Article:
“A year or so ago, a bunch of people realized they were all thinking the same thing, which was how to make downtown Salem more inviting and economically robust,” says Eric Kittleson. “The group found each other and we’ve never looked back.”
Drawing on inspiration from around the world (Paris) around the state (Lake Oswego, Portland’s Pearl District,) and with Salem’s unique Lord & Schryver heritage – the group is in the final stages of focus groups and preparing for a presentation to the Salem City Council.
And they want every single interested local person to weigh in.
“This isn’t just for downtown. If it’s built right, and done big, this could be the biggest economic driver the City of Salem ever built,” says Carole Smith, a volunteer on the project.
The “Streetscape Project” has high ambitions. It adds parking spaces, trees, benches, inviting sidewalks and other pedestrian amenities to downtown. It cuts back traffic on streets that are under-capacity and creates instead a beautiful, economy-enhancing garden running from Riverfront Park to the Capitol.
Linking parks to employment areas is a goal in the City (of Salem’s) Strategic Action Plan and Streetscape, a project of the Design Committee of the Salem Downtown Partnership chaired by Jonathan Fahey, agrees. Streetscape proposes that it can both reignite downtown businesses and make Salem a destination spot.
Four people lead the work: Blake Bural and Alan Costic, architects with the Arbuckle Costic Architect firm, landscape gardener Susan Kay Huston and Smith, Partnership volunteer.
“A flourishing, interesting downtown means it will be easier for Salem Hospital to recruit top doctors and Willamette University to draw top students and professors,” says Smith. “It means we can attract companies; we won’t have investors “drive by” on the way to other communities.”
Smith sees Salem as having an advantage similar to the city of Victoria, B.C., which benefits from the Buchart Gardens, the same distance (16 miles,) as The Oregon Garden is from Salem. ”Having major landscape downtown will draw some of the 80,000 botanical tourists who visit The Oregon Garden every year,” she says. “Once here, those tourists will sleep in local hotels, eat at local restaurants, buy gas and visit other attractions – just as they do in Victoria.”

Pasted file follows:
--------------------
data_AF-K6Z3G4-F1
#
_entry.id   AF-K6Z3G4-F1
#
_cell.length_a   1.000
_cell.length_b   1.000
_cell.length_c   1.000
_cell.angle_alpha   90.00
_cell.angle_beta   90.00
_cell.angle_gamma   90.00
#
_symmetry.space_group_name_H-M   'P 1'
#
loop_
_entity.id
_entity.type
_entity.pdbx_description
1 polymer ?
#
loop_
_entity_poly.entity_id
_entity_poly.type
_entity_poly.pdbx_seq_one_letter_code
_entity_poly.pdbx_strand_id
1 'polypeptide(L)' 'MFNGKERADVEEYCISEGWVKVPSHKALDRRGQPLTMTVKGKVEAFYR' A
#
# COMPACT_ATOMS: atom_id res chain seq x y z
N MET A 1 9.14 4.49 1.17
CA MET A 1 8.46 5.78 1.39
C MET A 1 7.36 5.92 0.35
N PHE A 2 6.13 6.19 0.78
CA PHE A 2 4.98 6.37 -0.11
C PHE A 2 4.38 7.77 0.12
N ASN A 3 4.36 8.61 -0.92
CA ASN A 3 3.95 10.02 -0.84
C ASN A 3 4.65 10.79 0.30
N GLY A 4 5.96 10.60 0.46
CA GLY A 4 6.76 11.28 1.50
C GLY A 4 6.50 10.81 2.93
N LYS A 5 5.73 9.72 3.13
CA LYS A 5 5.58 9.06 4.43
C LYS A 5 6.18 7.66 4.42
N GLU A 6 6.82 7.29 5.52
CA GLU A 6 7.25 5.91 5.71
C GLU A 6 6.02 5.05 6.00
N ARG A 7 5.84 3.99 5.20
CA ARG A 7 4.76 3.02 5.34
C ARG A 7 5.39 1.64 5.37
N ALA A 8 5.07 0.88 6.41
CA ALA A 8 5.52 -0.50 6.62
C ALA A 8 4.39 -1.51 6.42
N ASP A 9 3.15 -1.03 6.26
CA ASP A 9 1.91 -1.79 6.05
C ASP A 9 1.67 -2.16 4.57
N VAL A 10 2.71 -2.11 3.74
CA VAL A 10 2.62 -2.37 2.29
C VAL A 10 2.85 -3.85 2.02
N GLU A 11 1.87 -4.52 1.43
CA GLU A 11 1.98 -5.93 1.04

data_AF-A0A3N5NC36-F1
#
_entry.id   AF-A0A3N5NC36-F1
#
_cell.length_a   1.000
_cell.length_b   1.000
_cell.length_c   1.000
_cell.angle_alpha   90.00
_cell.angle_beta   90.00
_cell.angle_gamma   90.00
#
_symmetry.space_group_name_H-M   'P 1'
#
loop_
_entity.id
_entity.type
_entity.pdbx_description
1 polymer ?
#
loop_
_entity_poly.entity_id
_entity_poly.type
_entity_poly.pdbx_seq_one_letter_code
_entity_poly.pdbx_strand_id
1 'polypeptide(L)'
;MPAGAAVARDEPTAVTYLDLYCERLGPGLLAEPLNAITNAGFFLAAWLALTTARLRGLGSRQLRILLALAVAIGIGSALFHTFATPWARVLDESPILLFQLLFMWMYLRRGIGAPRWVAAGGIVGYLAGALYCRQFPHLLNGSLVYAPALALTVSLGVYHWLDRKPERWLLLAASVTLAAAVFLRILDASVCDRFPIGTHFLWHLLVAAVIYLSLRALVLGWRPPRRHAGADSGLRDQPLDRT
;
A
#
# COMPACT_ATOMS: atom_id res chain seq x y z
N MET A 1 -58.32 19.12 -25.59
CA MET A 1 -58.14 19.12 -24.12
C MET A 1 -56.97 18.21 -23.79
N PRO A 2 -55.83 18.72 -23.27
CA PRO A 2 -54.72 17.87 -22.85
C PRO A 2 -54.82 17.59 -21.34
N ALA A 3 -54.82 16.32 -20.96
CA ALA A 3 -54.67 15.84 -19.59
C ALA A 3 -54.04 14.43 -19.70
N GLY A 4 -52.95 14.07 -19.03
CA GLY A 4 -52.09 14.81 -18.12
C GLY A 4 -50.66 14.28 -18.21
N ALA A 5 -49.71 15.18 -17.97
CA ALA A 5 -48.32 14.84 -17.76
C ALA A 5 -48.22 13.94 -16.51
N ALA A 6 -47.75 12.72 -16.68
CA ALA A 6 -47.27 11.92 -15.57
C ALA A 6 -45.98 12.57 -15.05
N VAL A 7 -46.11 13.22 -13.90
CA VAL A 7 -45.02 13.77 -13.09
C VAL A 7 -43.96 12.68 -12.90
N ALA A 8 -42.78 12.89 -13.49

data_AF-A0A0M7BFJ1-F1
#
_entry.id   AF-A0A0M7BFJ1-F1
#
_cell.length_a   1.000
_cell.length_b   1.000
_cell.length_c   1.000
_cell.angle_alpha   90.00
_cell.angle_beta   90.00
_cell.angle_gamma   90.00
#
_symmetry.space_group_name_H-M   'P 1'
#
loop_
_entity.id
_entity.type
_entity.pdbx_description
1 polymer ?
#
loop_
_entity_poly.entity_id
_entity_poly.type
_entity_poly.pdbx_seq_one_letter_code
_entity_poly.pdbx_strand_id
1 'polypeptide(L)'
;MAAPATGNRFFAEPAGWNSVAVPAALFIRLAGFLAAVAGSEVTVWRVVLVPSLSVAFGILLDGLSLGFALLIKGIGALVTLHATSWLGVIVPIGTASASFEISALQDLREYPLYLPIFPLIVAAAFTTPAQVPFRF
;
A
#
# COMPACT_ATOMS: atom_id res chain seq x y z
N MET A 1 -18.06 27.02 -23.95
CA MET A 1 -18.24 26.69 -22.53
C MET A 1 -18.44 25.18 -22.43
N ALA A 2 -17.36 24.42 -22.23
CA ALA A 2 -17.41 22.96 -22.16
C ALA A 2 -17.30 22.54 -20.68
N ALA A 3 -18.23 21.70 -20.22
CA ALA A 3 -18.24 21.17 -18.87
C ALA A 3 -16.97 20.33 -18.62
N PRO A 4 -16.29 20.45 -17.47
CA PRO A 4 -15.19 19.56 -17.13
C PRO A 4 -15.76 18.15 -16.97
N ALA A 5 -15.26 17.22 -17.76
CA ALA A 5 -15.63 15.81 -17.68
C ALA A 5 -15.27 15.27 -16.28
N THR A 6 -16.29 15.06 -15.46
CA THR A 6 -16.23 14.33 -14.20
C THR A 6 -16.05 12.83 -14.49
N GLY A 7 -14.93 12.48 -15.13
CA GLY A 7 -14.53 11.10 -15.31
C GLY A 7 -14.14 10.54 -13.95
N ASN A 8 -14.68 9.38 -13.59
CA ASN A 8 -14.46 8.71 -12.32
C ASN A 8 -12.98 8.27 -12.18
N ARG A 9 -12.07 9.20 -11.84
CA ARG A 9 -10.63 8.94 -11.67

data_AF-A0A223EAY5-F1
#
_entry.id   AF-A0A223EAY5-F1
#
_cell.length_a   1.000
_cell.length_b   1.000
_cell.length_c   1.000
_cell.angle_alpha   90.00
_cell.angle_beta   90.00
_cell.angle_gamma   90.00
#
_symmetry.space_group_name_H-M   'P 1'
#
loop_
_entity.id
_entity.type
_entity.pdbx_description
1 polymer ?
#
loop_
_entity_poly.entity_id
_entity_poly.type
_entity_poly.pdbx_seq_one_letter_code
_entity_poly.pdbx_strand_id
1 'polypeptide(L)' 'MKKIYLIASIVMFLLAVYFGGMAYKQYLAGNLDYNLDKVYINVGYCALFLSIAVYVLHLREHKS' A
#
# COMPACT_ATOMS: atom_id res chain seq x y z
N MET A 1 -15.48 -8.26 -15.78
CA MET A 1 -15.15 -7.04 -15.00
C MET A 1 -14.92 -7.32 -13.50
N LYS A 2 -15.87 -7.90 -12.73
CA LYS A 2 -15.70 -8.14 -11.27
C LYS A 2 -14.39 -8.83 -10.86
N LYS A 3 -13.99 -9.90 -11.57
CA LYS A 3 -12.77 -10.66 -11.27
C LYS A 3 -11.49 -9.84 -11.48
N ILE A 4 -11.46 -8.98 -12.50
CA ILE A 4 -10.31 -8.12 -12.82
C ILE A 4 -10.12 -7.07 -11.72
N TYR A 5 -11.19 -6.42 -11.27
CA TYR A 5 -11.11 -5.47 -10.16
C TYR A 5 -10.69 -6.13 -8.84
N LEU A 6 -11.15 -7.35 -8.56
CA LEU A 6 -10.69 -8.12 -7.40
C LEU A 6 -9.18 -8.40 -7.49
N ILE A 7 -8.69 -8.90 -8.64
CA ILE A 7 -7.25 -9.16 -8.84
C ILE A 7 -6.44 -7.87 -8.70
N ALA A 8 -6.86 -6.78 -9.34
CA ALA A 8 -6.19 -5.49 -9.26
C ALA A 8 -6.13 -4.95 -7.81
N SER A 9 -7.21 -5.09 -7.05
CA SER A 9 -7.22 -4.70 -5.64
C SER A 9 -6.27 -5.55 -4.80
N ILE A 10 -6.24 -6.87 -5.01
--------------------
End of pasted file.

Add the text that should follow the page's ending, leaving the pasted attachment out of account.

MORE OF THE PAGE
Both business-promoting effort and labor of love, streetscaps goal is to create a place that is uniquely Pacific Northwest and specifically representative of Salem. The group does NOT propose closing any street to make a pedestrian mall, as Eugene did.
The plan has two parts:
1) Arbuckle Costic designed a center median for Liberty and Commercial Streets, going North-South. Their design expands the number of downtown parking spaces and calms traffic (diverting it both to Front Street – already created to be a state highway that relieves downtown pressure, and 12th Street SE, an established by-pass.) The goal is to make a destination people drive to – not drive through.
“We want to get people out of their cars,” Kittleson says. “We want to slow traffic downtown so we can get people onto our sidewalks eating and drinking.” Traffic calming, he says, by reducing car lanes in favor of pedestrians and bikes, will make downtown safer, more engaging and hospitable.
2) Susan Kay Huston designed a Lord & Schryver-inspired plan running East-West for State, High and Court Streets. In these plans, one auto lane is omitted and an ingenious, usable garden established on the widened sidewalk. The result would link Riverfront Park all the way to Wilson Park at the Capitol, (and the parklike setting of Willamette University’s campus) with green.
“Everyone responds to beauty and nature,” Huston believes. The innovative Northwest Garden designers Elizabeth Lord and Edith Schryver lived in Salem in the early 1900s. Internationally renown, the women have a legacy of livable, low-care outdoor spaces created from indigenous plants. Huston consulted with The Lord & Schryver Conservancy, which preserves the duo’s heritage.